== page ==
Nanotechnology: peeking into the future of computing and business

From energy storage, to durable devices, to a silicon chip alternative, nanotechnology could hold the key to technological innovations

Graphene is a two-dimensional material made of a single layer of carbon atoms. It is what other nano-materials, like carbon nanotubes and other fullerenes are made of.

As mentioned, at this scale, materials behave differently. Graphene is extremely strong 100 times stronger than steel, it has been claimed yet it is also flexible. According to researchers at Columbia University, it can stretch by 20 per cent.

These properties put together could lead to the creation of durable, flexible displays for devices like smartphones and wearable technology, or even the sci-fi staple, rollable paper-like displays.

It is also being examined for potential uses in electronics and energy, as is another synthesised nanomaterial, silicon nanotubes.

Research into silicon nanotubes is at an even earlier stage than research into carbon nanotubes, and while silicene, the silicon equivalent of graphene, was observed in 2010, it hasn't been tested yet.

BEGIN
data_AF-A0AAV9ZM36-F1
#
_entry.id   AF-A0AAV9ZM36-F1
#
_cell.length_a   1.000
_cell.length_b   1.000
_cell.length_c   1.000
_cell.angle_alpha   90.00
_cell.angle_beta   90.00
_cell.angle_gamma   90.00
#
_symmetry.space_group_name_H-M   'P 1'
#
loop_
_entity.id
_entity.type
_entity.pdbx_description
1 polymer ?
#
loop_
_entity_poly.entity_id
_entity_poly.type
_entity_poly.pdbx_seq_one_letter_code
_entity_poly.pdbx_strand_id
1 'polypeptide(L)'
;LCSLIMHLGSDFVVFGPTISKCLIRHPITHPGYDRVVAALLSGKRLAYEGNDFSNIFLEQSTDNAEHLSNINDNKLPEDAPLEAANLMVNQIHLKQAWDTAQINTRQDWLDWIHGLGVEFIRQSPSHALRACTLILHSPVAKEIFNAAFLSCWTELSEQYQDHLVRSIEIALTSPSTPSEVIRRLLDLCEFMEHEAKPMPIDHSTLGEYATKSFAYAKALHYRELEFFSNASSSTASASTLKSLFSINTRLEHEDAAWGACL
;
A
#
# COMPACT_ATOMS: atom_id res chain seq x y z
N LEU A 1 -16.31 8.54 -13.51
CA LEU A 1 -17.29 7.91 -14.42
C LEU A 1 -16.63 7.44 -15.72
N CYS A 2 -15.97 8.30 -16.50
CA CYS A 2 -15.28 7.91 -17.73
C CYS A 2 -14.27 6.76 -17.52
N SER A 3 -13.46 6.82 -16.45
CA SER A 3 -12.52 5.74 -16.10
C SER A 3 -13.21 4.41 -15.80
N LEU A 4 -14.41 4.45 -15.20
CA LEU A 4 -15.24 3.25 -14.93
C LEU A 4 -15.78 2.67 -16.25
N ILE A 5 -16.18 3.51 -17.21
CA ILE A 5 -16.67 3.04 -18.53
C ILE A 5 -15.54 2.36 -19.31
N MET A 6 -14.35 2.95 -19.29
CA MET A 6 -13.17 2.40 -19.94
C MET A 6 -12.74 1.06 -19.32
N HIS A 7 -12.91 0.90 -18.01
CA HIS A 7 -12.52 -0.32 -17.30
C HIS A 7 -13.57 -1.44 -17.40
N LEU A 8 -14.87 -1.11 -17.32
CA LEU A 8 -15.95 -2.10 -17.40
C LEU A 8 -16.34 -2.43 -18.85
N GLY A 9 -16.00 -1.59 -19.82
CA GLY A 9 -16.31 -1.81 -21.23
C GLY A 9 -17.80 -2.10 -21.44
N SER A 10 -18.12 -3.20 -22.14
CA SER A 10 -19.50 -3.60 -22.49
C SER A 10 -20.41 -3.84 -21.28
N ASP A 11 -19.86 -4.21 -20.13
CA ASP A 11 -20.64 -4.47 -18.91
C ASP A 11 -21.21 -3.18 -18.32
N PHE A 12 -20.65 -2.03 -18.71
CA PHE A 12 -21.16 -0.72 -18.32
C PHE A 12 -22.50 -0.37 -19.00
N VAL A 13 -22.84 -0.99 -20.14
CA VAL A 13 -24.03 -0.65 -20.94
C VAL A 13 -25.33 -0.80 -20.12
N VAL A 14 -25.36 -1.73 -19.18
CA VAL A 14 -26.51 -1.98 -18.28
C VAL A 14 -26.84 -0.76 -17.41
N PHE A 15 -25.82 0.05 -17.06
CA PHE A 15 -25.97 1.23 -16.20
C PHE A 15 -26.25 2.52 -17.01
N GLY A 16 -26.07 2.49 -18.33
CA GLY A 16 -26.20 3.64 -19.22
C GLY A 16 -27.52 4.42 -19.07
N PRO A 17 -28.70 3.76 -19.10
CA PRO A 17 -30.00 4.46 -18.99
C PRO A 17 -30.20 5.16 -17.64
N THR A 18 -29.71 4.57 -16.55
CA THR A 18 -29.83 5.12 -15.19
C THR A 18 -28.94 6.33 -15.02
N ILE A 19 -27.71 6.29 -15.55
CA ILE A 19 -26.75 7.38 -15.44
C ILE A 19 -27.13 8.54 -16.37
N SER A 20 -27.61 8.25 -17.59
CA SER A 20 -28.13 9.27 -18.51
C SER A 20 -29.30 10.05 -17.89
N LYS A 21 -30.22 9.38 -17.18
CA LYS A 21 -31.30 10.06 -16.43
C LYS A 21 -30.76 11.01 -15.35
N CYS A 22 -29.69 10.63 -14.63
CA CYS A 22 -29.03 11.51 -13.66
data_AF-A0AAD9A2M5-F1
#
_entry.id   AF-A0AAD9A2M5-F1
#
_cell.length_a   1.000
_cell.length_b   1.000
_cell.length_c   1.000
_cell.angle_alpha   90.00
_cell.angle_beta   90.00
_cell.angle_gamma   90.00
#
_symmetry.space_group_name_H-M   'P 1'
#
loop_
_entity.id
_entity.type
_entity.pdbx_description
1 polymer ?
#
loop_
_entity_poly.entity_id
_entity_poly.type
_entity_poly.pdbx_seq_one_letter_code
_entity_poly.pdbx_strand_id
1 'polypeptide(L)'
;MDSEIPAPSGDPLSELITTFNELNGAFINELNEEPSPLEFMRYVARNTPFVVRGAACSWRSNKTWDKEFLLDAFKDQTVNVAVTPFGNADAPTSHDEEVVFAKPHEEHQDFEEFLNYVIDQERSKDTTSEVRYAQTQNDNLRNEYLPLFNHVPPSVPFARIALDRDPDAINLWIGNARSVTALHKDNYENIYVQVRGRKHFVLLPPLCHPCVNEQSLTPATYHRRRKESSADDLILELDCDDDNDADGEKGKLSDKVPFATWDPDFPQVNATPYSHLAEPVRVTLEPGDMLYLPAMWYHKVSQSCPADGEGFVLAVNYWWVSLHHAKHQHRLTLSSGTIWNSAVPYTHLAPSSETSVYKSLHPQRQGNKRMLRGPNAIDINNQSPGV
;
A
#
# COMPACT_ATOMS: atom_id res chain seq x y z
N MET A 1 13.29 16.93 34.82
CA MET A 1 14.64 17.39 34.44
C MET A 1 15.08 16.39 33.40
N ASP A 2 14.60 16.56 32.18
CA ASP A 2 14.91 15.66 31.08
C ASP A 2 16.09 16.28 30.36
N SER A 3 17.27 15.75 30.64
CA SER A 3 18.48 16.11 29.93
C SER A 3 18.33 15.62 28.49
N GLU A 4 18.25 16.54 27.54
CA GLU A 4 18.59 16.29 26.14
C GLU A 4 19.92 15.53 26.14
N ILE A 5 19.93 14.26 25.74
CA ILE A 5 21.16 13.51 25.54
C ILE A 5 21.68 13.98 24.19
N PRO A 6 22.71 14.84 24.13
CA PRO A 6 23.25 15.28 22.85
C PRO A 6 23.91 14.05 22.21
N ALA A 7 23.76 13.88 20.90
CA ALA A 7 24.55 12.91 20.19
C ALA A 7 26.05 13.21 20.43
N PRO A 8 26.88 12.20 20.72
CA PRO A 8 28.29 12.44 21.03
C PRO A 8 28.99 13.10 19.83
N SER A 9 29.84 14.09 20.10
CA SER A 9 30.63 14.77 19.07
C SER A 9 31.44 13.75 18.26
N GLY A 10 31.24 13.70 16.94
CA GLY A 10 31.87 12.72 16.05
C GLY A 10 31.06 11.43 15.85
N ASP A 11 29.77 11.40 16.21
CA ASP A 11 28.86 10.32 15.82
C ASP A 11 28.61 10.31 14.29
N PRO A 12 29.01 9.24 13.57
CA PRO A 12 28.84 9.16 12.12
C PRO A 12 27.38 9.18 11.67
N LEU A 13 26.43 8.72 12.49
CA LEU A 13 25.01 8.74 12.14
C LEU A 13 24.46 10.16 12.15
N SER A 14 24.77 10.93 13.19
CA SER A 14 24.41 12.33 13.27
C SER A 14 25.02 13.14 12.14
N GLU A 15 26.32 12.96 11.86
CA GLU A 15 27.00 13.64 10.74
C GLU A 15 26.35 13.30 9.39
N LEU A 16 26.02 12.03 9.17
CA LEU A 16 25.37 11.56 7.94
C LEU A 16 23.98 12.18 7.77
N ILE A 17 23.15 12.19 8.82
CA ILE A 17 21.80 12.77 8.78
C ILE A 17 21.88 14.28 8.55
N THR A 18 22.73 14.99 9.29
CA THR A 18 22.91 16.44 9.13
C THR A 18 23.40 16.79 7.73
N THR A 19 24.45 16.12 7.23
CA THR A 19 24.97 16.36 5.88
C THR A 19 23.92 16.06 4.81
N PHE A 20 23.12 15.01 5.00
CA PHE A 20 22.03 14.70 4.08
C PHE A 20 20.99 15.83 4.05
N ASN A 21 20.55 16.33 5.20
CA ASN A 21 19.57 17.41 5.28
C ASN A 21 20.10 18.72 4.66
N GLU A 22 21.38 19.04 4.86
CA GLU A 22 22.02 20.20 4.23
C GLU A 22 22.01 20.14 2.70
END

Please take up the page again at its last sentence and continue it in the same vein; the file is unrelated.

Nevertheless, it seems that silicon nanotubes could be used in technology that replaces lithium-ion batteries, and researchers are already examining how it could be used to reduce the size of electric car batteries.

The commercialisation of graphene and silicene, and their derivatives, is some time off yet. However, should they live up to their potential the enhanced durability and energy efficiency of electronic devices like smartphones could slash company expenditure on these devices to say nothing of new ones that could be developed off the back of research into these and other 2D materials.

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